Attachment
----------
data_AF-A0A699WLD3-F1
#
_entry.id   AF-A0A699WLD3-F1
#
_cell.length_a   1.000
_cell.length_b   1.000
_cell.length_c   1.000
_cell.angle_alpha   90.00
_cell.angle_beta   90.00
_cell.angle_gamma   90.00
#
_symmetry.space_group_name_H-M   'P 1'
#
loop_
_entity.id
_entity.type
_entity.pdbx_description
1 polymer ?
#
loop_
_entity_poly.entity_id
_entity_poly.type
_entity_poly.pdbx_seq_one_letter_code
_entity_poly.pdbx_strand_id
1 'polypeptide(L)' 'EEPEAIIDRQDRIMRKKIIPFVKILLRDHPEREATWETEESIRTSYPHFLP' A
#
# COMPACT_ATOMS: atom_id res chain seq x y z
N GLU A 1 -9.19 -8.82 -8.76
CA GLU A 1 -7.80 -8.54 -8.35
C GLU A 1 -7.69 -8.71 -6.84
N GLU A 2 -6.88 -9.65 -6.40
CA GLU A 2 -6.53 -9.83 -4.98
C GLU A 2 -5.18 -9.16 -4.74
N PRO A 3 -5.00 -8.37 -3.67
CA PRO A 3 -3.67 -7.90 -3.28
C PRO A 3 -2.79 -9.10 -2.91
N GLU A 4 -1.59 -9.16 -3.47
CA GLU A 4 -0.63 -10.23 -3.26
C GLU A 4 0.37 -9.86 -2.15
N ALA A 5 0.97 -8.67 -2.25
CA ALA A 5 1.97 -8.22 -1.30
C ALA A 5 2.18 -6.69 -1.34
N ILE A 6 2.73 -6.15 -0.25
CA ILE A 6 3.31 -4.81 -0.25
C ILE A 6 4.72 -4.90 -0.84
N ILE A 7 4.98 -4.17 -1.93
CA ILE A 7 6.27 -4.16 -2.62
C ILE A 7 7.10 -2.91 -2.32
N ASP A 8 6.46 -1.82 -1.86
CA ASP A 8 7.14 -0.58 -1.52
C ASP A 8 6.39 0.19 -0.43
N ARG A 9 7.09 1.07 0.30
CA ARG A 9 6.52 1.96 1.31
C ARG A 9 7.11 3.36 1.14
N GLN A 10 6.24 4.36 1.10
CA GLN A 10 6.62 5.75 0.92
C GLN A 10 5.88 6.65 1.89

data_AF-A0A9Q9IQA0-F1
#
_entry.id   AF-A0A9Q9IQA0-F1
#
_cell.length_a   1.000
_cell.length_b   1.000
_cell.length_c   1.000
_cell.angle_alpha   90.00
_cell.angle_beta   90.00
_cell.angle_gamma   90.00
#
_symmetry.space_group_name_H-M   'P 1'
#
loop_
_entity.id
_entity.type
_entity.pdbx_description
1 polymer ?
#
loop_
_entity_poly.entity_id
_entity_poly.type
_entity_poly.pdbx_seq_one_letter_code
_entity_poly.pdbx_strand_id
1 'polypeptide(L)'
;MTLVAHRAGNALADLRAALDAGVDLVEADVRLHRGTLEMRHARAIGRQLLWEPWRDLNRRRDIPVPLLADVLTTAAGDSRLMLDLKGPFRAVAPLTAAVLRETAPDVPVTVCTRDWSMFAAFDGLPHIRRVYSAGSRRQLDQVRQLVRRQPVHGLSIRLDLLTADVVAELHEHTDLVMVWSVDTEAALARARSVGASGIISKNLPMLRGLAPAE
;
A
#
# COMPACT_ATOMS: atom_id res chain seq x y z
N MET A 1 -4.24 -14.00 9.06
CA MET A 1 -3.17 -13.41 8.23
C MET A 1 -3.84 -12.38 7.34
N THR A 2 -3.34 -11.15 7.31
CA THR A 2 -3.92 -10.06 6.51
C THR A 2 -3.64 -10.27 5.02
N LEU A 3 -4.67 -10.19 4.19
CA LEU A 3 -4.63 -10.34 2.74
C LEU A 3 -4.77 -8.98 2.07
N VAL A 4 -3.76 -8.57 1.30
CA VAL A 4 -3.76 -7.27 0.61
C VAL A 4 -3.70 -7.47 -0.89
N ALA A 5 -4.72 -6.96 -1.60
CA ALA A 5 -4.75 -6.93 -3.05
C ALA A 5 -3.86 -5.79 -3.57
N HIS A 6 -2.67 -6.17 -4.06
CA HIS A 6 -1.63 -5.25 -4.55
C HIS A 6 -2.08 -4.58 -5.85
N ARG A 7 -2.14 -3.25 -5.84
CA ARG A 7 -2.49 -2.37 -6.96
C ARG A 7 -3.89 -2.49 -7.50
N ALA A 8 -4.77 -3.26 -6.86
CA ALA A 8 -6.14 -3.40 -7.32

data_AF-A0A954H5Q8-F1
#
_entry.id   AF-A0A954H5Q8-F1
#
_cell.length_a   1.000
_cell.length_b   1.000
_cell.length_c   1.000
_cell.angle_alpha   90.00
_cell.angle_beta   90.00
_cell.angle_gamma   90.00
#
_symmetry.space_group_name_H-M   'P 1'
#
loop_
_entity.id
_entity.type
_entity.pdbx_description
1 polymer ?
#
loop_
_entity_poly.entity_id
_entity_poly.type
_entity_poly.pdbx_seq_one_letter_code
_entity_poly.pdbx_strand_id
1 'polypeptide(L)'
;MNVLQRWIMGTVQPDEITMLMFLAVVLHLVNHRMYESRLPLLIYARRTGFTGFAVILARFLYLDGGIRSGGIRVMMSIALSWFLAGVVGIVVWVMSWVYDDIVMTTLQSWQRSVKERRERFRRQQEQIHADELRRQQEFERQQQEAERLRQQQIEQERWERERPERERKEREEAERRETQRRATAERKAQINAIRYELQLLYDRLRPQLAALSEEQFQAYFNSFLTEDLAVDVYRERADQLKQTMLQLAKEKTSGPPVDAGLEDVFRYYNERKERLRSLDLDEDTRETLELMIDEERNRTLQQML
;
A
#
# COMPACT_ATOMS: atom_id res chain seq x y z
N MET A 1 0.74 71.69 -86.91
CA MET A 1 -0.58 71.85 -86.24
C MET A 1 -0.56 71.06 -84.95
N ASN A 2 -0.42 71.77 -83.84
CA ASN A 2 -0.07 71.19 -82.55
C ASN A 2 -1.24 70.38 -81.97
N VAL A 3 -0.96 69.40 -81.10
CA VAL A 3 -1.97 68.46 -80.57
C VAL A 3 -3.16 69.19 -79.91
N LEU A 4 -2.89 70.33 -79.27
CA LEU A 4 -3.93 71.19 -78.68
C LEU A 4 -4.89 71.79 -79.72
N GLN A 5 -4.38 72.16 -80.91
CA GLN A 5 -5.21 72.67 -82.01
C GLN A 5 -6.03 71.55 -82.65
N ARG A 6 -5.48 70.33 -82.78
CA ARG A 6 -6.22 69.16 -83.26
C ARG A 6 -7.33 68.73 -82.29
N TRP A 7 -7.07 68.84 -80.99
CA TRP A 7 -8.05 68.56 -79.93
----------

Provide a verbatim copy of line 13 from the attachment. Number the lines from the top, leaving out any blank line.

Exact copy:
#